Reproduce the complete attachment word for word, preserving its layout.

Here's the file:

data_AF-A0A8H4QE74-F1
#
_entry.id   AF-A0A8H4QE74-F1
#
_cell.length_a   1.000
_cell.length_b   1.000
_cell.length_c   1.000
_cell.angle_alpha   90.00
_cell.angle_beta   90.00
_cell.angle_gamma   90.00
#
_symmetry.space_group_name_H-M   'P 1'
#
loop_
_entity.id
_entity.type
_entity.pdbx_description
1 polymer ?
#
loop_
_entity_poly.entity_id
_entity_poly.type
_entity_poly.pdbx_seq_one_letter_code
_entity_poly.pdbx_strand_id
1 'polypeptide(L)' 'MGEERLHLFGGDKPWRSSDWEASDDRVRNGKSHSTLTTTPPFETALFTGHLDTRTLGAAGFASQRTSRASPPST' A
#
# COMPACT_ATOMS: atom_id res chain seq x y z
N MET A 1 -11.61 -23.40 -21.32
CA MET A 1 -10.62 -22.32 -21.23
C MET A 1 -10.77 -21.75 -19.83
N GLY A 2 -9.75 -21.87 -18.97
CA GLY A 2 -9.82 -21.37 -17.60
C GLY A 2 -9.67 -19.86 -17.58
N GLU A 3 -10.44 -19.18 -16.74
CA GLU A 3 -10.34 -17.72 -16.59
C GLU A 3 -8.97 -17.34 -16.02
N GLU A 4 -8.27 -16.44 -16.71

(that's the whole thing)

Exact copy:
data_AF-A0A8H4QE74-F1
#
_entry.id   AF-A0A8H4QE74-F1
#
_cell.length_a   1.000
_cell.length_b   1.000
_cell.length_c   1.000
_cell.angle_alpha   90.00
_cell.angle_beta   90.00
_cell.angle_gamma   90.00
#
_symmetry.space_group_name_H-M   'P 1'
#
loop_
_entity.id
_entity.type
_entity.pdbx_description
1 polymer ?
#
loop_
_entity_poly.entity_id
_entity_poly.type
_entity_poly.pdbx_seq_one_letter_code
_entity_poly.pdbx_strand_id
1 'polypeptide(L)' 'MGEERLHLFGGDKPWRSSDWEASDDRVRNGKSHSTLTTTPPFETALFTGHLDTRTLGAAGFASQRTSRASPPST' A
#
# COMPACT_ATOMS: atom_id res chain seq x y z
N MET A 1 -11.61 -23.40 -21.32
CA MET A 1 -10.62 -22.32 -21.23
C MET A 1 -10.77 -21.75 -19.83
N GLY A 2 -9.75 -21.87 -18.97
CA GLY A 2 -9.82 -21.37 -17.60
C GLY A 2 -9.67 -19.86 -17.58
N GLU A 3 -10.44 -19.18 -16.74
CA GLU A 3 -10.34 -17.72 -16.59
C GLU A 3 -8.97 -17.34 -16.02
N GLU A 4 -8.27 -16.44 -16.71